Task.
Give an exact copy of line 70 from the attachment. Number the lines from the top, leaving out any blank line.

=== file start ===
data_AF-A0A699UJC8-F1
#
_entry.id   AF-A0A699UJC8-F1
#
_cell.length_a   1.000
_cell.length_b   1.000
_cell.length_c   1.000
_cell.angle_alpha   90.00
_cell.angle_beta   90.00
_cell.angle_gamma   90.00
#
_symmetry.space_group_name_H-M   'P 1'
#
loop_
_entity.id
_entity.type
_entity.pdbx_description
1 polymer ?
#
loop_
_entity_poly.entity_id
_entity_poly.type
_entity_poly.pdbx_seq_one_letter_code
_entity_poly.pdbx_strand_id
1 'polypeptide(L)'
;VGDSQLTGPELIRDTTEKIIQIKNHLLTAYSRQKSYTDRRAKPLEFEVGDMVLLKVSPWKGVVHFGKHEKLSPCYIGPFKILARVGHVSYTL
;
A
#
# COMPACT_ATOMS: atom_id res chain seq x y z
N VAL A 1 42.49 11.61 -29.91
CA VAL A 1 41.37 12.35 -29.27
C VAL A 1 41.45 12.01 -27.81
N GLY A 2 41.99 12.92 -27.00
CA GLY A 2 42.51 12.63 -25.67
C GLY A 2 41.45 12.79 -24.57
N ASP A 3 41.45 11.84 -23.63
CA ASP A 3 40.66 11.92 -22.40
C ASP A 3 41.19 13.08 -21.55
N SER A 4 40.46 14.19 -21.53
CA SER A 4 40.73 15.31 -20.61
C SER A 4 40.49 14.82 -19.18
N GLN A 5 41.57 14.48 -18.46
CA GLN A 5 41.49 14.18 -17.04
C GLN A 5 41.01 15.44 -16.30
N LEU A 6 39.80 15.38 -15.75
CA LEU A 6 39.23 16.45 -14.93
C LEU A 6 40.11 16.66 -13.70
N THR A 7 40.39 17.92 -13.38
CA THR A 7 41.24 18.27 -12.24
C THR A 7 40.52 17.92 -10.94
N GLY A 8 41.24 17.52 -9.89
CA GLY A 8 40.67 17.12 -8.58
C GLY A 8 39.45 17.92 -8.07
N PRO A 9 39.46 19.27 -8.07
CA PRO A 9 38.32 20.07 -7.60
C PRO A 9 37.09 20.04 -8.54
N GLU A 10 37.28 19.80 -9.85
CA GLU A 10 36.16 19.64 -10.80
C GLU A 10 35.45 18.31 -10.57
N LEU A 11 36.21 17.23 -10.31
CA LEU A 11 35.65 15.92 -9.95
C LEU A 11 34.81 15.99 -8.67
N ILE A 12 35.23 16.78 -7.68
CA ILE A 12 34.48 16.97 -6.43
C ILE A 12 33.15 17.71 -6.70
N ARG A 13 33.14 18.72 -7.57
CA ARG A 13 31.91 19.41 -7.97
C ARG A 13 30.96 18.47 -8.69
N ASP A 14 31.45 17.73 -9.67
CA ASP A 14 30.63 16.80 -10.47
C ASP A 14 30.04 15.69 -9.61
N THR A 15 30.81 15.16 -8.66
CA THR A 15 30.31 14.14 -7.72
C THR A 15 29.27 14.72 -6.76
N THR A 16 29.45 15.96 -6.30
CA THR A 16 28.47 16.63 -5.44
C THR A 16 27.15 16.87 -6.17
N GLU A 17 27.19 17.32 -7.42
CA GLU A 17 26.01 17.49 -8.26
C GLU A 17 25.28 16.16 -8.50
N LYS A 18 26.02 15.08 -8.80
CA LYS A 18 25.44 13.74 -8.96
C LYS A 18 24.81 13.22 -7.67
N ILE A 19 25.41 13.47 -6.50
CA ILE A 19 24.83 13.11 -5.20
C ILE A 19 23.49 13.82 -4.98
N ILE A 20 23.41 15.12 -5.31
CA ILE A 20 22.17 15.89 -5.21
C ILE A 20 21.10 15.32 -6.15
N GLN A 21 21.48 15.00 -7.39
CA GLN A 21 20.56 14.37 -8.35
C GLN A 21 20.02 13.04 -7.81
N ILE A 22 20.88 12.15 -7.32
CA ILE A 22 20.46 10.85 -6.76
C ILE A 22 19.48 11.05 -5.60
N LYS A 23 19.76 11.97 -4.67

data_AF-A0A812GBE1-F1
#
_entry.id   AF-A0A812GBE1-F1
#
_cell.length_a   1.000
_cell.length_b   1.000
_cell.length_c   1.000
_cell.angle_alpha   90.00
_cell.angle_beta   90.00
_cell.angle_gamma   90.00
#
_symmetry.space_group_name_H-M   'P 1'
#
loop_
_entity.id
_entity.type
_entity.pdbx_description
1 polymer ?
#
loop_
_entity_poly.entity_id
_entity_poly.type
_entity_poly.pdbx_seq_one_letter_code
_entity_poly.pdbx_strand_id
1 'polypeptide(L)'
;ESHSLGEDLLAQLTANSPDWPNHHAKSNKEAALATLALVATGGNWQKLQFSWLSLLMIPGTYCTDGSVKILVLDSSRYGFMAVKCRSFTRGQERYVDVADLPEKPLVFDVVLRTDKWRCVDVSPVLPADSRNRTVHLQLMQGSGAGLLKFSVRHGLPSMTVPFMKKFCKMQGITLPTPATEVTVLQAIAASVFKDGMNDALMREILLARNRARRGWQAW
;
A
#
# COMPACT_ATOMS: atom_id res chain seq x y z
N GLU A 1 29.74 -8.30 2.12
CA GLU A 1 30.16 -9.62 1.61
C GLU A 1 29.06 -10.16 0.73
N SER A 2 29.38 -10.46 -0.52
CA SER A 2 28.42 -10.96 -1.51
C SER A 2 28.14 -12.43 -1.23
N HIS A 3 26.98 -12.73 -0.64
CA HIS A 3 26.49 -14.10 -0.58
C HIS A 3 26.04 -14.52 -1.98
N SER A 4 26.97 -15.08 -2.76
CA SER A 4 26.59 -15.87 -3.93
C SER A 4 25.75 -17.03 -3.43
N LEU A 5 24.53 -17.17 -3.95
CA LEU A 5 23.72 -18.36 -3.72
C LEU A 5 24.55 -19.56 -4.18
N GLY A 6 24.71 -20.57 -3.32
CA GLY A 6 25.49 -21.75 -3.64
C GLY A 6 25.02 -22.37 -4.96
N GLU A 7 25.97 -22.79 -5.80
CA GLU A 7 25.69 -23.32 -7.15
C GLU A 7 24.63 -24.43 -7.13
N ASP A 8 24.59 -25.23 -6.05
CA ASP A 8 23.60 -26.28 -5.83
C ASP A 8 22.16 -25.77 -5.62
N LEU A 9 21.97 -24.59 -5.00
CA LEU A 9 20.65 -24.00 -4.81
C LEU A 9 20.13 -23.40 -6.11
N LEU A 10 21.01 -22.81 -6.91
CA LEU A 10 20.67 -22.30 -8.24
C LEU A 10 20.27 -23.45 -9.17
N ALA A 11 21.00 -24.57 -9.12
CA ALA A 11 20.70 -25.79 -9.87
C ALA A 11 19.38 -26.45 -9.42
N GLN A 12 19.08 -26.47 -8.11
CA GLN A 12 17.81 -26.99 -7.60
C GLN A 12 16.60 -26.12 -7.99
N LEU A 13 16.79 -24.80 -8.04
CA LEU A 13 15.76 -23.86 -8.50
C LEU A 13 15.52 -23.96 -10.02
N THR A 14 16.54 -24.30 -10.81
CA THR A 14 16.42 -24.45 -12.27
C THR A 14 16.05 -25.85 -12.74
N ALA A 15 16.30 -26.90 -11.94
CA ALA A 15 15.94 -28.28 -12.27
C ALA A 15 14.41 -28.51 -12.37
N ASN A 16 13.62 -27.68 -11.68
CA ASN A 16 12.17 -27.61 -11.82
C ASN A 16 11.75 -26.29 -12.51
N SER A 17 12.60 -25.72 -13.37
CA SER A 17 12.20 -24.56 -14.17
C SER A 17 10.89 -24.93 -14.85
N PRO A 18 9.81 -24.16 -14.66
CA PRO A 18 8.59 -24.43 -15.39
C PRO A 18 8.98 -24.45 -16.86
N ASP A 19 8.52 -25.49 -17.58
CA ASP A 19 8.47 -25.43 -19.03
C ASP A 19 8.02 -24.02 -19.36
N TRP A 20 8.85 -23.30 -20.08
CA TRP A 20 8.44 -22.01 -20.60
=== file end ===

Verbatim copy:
N ASP A 14 31.45 17.73 -9.67